Usha
I think the power of great advertising sometimes lies in its capacity to make you accept something that is so obviously against common sense.
Take this advertisement for Surf Excel which emphasizes over and over again:
"Daag achche hain" ( Stain is good).The whole story is so cute with the big brother ( well, a little bigger than the girl) shadow boxing with the dirty puddle to pacify his sister to whom he is the hero and the kids are so convincing that you are willing to forgive the sparkling white uniforms turning muddy.

It is a different story altogether if you would be willing to forgive the manufacturer if the detergent did not really remove all that stain.
Is there any recourse for the consumer to actually make the manufacturer's pay for false claims in their advertisement?
apparently yes!!
"An advertisement may scream and extol the virtues of a hair lotion or a beauty cream. When that very lotion fails to grow even a single strand of hair or the beauty cream does not impart even a trace of beauty to that not-so-good looking one, the shine in the advertisement disappears.
What does a buyer do then apart from crying aloud, 'This is unfair!'?
Rising to the occasion, the Monopolies and Restrictive Trade Practices Act and the more recent Consumer Protection Act incorporate provisions relating to unfair trade practices.
Quite often false representations are made, e.g. the goods (like beauty creams, hair tonics, hair dyes, etc.) are of a particular standard quality, quantity, grade or composition. Sometimes, tall claims are even made regarding the uses, benefits, approval, sponsorship or performance of such goods or services. If the goods supplied or the services rendered do not live up to the expectations created by the advertisements in the mind of the consumer, a complaint can be filed alleging that the seller or service provider has adopted an unfair trade practice.
The Consumer Disputes Redressal Agencies (Consumer Forums) can order the return to the complainant of the price or charge paid and the discontinuation of the unfair trade practice. They can also direct that corrective advertisements be issued to neutralize the effects of the misleading advertisement and their expenses to be borne by the person responsible for issuing the misleading advertisement."
Read on here

So it is possible to have other remedies than just the proverbial wringing your hands in despair. Does this also mean that the tall claims that people make in their advertisements about magical fairness creams and hair growth lotions and anti-ageing creams is actually true? Or is there a fine print disclaimer somewhere that actually protects them from being dragged to the consumer forum?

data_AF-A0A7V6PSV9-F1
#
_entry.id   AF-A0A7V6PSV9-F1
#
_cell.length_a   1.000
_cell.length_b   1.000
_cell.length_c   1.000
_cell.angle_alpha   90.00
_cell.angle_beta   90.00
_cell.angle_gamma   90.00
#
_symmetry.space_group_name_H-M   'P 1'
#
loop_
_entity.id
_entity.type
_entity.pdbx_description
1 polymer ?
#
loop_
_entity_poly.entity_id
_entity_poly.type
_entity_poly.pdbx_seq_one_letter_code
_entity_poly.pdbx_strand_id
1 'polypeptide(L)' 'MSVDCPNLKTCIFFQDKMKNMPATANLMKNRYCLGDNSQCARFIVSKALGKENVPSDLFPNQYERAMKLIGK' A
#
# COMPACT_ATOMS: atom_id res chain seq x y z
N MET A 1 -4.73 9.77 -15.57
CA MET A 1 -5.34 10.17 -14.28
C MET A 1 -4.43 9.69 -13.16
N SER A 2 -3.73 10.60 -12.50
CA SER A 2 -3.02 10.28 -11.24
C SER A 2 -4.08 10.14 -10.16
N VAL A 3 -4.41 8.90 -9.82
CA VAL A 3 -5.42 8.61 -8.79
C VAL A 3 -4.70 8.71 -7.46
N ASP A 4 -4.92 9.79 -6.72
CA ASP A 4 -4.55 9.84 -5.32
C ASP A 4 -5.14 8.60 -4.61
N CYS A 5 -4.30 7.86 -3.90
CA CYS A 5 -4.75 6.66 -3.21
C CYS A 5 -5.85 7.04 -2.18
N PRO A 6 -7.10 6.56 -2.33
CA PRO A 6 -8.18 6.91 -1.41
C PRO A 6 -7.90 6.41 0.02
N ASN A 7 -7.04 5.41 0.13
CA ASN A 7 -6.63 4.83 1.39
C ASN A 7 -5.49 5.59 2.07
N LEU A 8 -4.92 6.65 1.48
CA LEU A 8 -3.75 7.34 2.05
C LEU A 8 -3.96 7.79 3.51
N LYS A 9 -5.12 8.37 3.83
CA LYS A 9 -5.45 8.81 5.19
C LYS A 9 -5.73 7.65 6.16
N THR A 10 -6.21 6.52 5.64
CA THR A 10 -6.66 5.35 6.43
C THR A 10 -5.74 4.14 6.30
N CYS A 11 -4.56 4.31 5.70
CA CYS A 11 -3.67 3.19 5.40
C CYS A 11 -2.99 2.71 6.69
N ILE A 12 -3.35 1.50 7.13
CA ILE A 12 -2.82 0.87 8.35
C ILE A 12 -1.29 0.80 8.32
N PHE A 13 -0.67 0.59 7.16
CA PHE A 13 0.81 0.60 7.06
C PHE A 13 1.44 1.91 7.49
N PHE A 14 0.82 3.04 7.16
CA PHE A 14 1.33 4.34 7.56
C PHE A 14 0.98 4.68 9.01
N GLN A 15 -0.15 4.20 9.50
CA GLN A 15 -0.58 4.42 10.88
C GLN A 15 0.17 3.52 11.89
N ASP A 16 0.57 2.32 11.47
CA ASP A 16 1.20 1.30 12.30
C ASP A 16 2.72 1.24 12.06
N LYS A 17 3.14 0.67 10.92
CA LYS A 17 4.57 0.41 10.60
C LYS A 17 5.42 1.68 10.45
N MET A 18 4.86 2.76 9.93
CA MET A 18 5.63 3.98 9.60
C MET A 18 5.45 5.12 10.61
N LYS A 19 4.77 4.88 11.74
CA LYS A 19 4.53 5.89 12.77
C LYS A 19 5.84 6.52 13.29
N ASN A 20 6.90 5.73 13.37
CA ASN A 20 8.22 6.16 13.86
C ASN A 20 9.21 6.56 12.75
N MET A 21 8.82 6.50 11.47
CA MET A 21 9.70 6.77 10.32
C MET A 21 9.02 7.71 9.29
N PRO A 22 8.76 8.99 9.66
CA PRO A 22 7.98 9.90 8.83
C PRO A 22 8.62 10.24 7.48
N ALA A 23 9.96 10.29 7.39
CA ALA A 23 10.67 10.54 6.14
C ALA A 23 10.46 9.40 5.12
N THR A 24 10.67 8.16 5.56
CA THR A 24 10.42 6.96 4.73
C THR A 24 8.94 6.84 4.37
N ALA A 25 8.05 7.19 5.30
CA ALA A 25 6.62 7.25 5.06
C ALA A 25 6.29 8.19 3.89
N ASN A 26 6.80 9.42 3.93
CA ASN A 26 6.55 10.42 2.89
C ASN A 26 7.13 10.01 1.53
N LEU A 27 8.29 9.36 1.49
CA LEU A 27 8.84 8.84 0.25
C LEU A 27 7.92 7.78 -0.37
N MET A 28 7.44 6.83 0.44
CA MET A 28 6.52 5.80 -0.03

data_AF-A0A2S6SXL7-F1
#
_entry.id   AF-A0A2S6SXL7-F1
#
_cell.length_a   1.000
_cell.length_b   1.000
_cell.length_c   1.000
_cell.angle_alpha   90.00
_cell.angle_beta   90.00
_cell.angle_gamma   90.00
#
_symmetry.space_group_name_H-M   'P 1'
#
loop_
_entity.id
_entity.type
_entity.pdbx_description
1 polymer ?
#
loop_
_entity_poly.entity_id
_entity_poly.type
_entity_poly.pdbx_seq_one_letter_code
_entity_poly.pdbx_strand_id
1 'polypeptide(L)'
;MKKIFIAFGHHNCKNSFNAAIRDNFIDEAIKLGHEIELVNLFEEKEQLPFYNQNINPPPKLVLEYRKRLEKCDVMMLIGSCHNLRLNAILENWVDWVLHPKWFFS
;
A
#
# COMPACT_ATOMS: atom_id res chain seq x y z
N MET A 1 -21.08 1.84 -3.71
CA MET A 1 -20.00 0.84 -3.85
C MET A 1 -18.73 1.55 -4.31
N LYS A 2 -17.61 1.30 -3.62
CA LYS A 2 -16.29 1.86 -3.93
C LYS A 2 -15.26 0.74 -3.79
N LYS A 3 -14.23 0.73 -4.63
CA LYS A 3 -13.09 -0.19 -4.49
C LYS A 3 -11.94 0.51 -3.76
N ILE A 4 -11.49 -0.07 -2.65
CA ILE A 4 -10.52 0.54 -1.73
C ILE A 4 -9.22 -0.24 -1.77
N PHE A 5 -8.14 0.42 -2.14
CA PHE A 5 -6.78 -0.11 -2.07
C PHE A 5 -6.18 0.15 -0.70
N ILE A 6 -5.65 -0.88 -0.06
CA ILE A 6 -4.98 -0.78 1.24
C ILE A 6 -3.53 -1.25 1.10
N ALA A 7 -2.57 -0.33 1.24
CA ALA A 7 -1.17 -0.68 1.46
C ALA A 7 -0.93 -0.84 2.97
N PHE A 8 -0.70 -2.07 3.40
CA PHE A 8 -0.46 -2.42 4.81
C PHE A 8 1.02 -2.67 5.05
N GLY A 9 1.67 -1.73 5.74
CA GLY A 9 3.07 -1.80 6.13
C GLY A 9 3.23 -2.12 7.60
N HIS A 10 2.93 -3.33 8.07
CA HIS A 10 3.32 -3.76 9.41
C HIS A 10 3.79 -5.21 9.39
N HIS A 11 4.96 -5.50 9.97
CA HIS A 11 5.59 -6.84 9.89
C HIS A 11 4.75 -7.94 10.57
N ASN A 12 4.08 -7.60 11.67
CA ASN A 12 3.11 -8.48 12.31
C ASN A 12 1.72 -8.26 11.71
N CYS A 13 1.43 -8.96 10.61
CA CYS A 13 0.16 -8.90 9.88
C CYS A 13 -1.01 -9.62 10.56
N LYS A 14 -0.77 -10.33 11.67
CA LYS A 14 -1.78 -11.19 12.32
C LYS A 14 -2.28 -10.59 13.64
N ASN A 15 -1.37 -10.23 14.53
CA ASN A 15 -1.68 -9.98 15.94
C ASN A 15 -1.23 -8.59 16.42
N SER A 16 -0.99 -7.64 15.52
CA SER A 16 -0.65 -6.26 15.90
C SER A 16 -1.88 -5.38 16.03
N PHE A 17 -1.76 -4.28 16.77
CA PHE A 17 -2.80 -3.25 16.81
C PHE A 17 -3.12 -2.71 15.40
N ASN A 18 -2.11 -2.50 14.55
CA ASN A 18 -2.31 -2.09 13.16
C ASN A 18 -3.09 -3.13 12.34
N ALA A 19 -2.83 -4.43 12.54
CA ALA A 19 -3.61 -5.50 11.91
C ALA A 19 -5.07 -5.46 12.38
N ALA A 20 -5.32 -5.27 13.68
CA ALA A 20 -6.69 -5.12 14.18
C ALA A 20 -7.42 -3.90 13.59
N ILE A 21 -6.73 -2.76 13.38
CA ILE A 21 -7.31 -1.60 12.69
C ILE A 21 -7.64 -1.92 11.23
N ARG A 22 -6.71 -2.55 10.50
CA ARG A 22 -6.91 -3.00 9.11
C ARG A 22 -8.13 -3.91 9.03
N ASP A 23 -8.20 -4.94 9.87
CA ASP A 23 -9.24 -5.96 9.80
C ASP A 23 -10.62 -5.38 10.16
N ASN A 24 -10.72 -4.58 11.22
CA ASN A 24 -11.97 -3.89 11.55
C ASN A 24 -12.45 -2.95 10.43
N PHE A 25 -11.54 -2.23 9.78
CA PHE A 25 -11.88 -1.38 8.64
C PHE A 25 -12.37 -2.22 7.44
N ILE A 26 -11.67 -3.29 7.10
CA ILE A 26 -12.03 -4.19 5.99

Anyone knows? anyone cares? Have advertisements themselves become oases of creativity betweeen mindless serials to be watched for their own sake rather than as means to promote a product that the linkage is actually forgotten or ignored?
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11 Responses
  1. Kishore Says:

    I do agree that many Ads hardly reflect the actuality of a product.. but then, not often is a typical Indian consumer bothered about spending his time and energy trying to find the reality behind those products unless he gets seriously affected in some way because of using it..

    Talking of creativity in ads, at times, ads are so creative that the ad stays longer in memory than the product.. brand recall virtually becoming nil... but there are also those recent kind of ads which focus on the "feel" that one gets because of the product.. they dont even talk of the features of the product..

    for eg., snuggies diapers.. first 3 seconds we hear a baby cry.. next 3 we hear a baby laugh and the caption reads "choose what u want to hear" and puts up a pic of the diapers.. :) not a word uttered but the message beautifully conveyed... :)


  2. hari Says:

    Hi Usha,

    The problem in India is not inadequacy of laws, the problem is ignorance of the laws leading to the bigger problem of lack of enforcement of laws.

    People going to the USA talk so much about about laws protecting citizens against govt. negligence etc, fails to read our own law books wherein the provisions are very much there. The problem is we become responsible citizens only once we leave India.